Amoa was arrested Wednesday and charged with first-degree murder after the medical examiner ruled the death a homicide by asphyxiation. Her scheduled arraignment in D.C. Superior Court on Thursday was postponed while she receives hospital care. Her attorney, Judith Pipe of the District’s Public Defender Service, declined to comment.
Many questions remain about the case as authorities look into Amoa’s long path to the District and her acceptance as a postulant, or student of doctrine and prayer life. Little Sisters of the Poor, a religious order with missions around the world, operates nursing homes and assisted-living residences for the impoverished elderly.
The order, which started in France in 1839, operates more than 100 apartments and rooms on seven acres in the 4200 block of Harewood Road NE, across the street from Catholic University. The order came to the United States in 1869, establishing its first house in Baltimore, and now has provincial headquarters in the suburb of Catonsville, Md., from where it oversees missions in the District and in seven states.
“It’s really a tragic situation,” said Mother Alice Marie Monica, who runs the province. “We are praying for everyone that is involved.” She would not comment further.
Police said they have not found any relatives of Amoa’s in the United States. Attempts to reach people who knew her in Samoa were unsuccessful. Little Sisters of the Poor has a mission in Samoa whose mother superior could not be reached for comment.
Sister Patricia Wittberg, a sociologist at Indiana University-Purdue University Indianapolis, said the order operates top-notch care facilities for the elderly, and she described it as “long-established, very respected and somewhat traditional.” She said that it would be difficult for a woman to be admitted as a postulant in the United States without going through rigid medical tests but that the same standards might not apply in other countries.
According to an affidavit filed with the arrest warrant in Superior Court, Amoa told detectives that she had not known she was pregnant. She told police that she started bleeding Oct. 9 and thought it was her menstrual period. She said that the boy was born shortly after 11 a.m. the next day, according to the court papers, and that the infant fell to the floor.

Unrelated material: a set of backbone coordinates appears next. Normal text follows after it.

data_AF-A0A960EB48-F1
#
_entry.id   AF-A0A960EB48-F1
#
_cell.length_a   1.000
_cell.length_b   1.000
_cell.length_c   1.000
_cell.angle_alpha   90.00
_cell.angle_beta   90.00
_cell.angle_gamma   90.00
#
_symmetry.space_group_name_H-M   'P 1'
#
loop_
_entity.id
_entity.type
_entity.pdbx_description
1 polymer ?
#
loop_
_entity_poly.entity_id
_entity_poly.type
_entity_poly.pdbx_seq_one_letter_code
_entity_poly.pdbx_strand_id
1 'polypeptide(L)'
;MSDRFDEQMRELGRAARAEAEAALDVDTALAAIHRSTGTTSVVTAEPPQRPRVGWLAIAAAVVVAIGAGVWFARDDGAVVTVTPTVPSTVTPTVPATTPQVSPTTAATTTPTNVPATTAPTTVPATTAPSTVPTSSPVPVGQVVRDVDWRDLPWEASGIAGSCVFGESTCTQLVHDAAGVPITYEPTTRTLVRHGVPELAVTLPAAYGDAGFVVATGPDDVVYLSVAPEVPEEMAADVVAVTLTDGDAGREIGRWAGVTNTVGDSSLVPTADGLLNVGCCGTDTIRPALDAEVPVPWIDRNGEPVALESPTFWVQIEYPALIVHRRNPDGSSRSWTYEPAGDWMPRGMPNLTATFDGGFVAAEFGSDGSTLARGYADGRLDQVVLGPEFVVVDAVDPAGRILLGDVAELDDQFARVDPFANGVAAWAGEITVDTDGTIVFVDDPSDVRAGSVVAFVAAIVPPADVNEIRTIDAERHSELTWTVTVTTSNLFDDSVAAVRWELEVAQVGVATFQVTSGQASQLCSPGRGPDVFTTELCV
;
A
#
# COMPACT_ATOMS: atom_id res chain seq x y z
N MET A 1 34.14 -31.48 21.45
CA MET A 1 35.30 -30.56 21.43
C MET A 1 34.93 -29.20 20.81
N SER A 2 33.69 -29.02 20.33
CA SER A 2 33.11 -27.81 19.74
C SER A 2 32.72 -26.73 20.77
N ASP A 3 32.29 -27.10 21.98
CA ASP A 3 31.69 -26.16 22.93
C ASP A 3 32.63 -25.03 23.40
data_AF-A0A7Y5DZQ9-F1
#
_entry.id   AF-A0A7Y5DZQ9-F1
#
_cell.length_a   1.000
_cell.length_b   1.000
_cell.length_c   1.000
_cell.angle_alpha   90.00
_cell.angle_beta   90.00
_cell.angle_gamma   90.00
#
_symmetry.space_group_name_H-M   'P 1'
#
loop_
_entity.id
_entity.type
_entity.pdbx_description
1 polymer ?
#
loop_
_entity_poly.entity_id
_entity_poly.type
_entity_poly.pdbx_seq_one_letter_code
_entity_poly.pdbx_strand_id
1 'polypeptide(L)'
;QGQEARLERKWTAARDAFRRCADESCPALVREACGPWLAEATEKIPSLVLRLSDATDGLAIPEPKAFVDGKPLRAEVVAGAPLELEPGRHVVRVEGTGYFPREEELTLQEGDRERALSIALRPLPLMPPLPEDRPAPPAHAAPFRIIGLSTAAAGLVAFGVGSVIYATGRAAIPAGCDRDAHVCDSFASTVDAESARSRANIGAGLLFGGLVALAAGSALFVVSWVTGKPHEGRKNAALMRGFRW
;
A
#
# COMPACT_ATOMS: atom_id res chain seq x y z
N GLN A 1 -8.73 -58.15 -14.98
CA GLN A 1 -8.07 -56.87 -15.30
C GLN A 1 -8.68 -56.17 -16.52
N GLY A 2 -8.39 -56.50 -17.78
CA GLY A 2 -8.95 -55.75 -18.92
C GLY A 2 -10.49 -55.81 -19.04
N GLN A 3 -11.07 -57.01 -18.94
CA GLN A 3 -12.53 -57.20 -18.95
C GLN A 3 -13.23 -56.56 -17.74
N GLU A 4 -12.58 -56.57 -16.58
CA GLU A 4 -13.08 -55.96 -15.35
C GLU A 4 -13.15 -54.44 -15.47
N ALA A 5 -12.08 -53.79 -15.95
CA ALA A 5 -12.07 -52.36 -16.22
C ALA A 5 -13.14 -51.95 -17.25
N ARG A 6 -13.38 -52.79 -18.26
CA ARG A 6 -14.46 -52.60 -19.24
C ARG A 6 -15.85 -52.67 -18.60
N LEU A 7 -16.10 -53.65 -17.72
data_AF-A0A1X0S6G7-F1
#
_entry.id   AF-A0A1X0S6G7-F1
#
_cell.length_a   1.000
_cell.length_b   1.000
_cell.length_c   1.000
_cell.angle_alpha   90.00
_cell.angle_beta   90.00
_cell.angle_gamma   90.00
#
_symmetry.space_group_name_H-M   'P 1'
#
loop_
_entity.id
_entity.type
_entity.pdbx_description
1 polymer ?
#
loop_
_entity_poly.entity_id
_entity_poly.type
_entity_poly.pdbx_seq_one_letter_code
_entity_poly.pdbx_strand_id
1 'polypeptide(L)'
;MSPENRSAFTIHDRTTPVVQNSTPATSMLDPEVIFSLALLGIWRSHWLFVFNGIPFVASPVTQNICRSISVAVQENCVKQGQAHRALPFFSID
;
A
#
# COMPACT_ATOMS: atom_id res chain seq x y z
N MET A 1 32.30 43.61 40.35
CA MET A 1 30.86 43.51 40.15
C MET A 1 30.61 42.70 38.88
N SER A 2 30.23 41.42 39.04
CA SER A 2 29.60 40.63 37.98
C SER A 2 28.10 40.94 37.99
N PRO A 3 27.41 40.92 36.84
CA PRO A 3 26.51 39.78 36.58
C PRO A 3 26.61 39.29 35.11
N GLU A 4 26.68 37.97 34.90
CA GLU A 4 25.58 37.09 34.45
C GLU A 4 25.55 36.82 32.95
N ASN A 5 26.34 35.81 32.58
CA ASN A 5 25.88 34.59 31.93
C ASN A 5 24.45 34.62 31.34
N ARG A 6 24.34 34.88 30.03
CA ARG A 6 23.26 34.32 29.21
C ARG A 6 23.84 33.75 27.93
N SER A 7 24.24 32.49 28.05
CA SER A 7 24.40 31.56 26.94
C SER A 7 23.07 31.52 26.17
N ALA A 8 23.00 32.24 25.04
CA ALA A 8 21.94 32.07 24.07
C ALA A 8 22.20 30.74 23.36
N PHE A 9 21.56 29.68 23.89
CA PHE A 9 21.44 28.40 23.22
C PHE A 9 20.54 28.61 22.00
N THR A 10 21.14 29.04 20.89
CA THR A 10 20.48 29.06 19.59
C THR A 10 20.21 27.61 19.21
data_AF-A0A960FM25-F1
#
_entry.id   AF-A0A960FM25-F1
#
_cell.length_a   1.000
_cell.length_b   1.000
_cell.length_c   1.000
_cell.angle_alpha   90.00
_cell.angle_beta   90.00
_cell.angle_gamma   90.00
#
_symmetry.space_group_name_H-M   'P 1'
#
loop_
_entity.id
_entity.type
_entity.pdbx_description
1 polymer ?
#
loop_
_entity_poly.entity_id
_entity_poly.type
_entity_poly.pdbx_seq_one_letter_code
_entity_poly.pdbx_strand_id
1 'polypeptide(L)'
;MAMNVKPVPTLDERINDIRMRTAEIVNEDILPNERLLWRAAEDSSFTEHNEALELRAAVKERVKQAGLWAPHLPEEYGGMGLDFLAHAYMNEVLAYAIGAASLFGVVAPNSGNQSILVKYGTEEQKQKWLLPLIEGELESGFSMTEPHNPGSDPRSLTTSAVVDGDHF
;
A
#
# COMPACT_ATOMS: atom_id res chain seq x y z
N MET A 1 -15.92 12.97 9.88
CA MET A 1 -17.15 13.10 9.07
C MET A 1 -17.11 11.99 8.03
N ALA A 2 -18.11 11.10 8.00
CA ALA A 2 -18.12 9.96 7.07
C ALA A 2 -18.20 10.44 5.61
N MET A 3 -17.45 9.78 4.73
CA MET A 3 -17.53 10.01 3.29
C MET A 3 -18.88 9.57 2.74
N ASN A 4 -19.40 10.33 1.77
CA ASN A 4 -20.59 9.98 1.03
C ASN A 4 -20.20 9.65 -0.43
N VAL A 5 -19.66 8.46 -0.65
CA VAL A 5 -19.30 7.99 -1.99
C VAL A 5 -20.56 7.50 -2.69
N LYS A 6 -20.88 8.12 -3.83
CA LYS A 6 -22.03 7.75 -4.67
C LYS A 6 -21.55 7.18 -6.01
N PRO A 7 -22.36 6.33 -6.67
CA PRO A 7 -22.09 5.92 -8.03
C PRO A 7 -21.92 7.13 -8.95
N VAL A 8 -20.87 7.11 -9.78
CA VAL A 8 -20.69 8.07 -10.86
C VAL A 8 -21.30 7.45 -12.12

At first, the suspect told police, she lay down with the child, who cried for two or three minutes and then stopped suddenly, according to the court papers. She told police that she became afraid the nuns would hear the baby and find out that she had lied to them about sexual activity.
“She said that she placed a black wool garment over the child’s nose and mouth and applied pressure with her hand for two to three minutes,” police wrote in the affidavit. “The mother said that prior to placing the wool garment over the child’s nose and mouth, the child was breathing and had cried. The mother said that after she removed the garment from the child’s nose and mouth, the child was not breathing and she knew the child was dead.”
Amoa told police that she put the body on her bed and stayed with it until the morning of Oct. 11, according to court papers. She said she considered putting the body in the trash but decided to tell a nun about the child. First, she told the nun that she had found the boy outside, police said, then she admitted to giving birth to him.
The unidentified nun told police that she “picked up the child” and realized that it was dead, according to court papers. She “obtained a small black luggage bag which was used to transport the child to the hospital.” Police said doctors at the Providence Hospital emergency room immediately pronounced the infant dead. The baby had been wrapped in flowered clothing and the wool garment that allegedly had been used to smother him.
Michelle Boorstein and Jennifer Jenkins contributed to this report.